From Bangor to Scarborough to Boothbay to Waterville and hundreds of other Maine towns, candidates won on Election Day this past November who stood up and spoke out for the everyday Maine values of community and fairness and focused their campaigns on improving the lives on Maine people. They showed the strength of their convictions and Maine voters responded.
Too often in politics, races are fought based on the superficial - misleading attacks, the avoidance of important issues and simple labels like left, right and center.
In contrast, this year saw candidates with strong moral compasses tackle big issues head-on.
For years, Republicans have attacked Democrats on the issue of taxes. This year, progressive candidates stood up and pushed back, making the case against unfair tax cuts for the wealthy and the need for a fair share economy a centerpiece of their campaigns.
Senator Chris Johnson won his second election in ten months against a sitting Republican Representative to retain the traditionally-Republican District 20 Senate seat. The hallmark of his campaign and of his time in office so far was his work to stand against the Governor’s most extreme policies and his unflagging advocacy for a fair budget.
"Societies are measured by how they treat their least fortunate and least able to stand up for themselves," said Johnson earlier this year. "It is clear we have a moral deficit in Augusta which won't be solved as easily as the budget deficit."
On the national level, candidates have reversed themselves on health care and given in to lobbyists. In Maine, however, many of the candidates who won were those who spoke out the loudest against the money and influence of big insurance companies and stood up for local small businesses owners struggling to afford care for their employees and themselves.
In Bangor and Hermon, the major issue that physician Geoff Gratwick ran on was health care, particularly the rising cost of coverage and care. Republican PACs funded by Anthem insurance attacked Gratwick and attempted to lampoon him as “Dr. Taxes,” but he stayed focused on a value-based campaign and defeated incumbent Republican Nichi Farnham by a wide margin.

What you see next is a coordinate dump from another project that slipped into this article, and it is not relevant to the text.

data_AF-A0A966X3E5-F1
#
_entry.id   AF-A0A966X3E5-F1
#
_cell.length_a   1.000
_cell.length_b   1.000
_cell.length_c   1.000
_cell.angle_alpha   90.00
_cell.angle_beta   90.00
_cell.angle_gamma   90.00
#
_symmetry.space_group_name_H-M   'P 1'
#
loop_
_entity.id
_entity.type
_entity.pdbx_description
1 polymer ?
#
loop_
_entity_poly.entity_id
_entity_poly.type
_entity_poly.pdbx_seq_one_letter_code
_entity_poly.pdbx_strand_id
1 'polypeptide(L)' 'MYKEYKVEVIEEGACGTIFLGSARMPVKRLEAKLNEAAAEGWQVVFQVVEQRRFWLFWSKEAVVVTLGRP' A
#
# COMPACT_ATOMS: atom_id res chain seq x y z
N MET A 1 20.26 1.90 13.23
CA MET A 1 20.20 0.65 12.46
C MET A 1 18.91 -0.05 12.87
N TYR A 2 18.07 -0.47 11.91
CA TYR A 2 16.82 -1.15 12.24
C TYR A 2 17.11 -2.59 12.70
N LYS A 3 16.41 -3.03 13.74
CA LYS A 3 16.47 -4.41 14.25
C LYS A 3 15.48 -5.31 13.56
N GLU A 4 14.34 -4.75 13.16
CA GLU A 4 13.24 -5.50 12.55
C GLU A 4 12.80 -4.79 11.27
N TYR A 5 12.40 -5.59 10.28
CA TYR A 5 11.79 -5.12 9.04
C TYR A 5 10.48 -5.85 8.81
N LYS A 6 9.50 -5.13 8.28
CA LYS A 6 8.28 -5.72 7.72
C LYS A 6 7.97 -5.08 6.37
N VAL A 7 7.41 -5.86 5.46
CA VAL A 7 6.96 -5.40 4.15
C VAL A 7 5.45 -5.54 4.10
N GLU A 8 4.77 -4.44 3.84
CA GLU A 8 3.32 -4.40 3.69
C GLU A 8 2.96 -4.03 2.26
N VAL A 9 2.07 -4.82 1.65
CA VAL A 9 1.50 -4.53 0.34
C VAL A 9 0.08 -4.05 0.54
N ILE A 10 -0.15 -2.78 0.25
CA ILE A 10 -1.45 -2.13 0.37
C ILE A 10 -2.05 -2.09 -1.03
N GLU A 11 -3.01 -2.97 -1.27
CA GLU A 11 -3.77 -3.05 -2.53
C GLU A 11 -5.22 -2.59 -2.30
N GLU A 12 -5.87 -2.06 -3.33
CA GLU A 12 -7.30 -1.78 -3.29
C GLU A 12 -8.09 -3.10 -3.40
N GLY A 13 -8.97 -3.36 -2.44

"Another voter shared their concern with me while I was listening and talking to people in their homes: She thinks that Augusta should fix health care for the middle class, not fight over it," wrote Gratwick on his website during his campaign. "She wants a system that focuses on taking care of the patient, not insurance company stockholders. I told her that currently about 30% (some analysts put the number as high as 50%) of health care dollars are spent on administration and profit. Medicare spends 3% on overhead. Having a doctor in the Maine State Senate will bring some much needed perspective to the health care debates."
The strong stands of these new legislators inspired an outpouring of grassroots support. MPA community organizers and volunteers alone registered 4,000 new voters across the state and together, volunteers for progressive groups personally contacted tens of thousands of voters in the lead-up to the election. This swell of grassroots engagement built on the effort Maine saw in 2011 when hundreds of Mainers organized to defend Election-Day voter registration.
This record level of door-to-door and voter-to-voter contact allowed progressive candidates to win, even in the face of record levels of spending by out-of-state groups.
Social worker Colleen Lachowicz was attacked by the Republican Party not just on tax issues, but on her hobby of playing video games. She stayed focused on the issues that mattered and unseated incumbent Republican Senator Tom Martin.
"I joined this fight and ran for office because there are children in our local schools who have lost family members to entirely preventable causes. Maine People’s Alliance is in this fight because our local schools aren’t unique, this is happening everywhere," said Lachowicz. "Together, we can recreate a government that works for us. One that protects those who need our help the most. In Maine, we are the government, and the question is whether we will stand up and build a government worth protecting, or whether we will let our sick neighbors fend for themselves."
The success of these candidates in traditionally conservative areas left some people confused.
"I just still struggle with so many of my area town ballots," wrote Maine GOP committeewoman Karen Gerrish on Facebook. "They went R at the top, Mitt, Jon, Charlie, then BOOM, state house went D. I don't understand that."
This was a different kind of victory and, hopefully, it will mean a different kind of Legislature. It offers the chance for a fresh start and for a legislative agenda based not on momentary politics but on fundamental values and an engaged electorate that will hold these new leaders to their campaign commitments.
Mainers have always believed in fairness, equality and a sense of shared prosperity; on Election Day they proved they’re ready to support the candidates who speak to these values. The difficulty now will be to make sure they stick to those values and truly represent the people of Maine. That's a big part of MPA's mission and the most important thing we ask of our members: continue to speak out. Don't let up.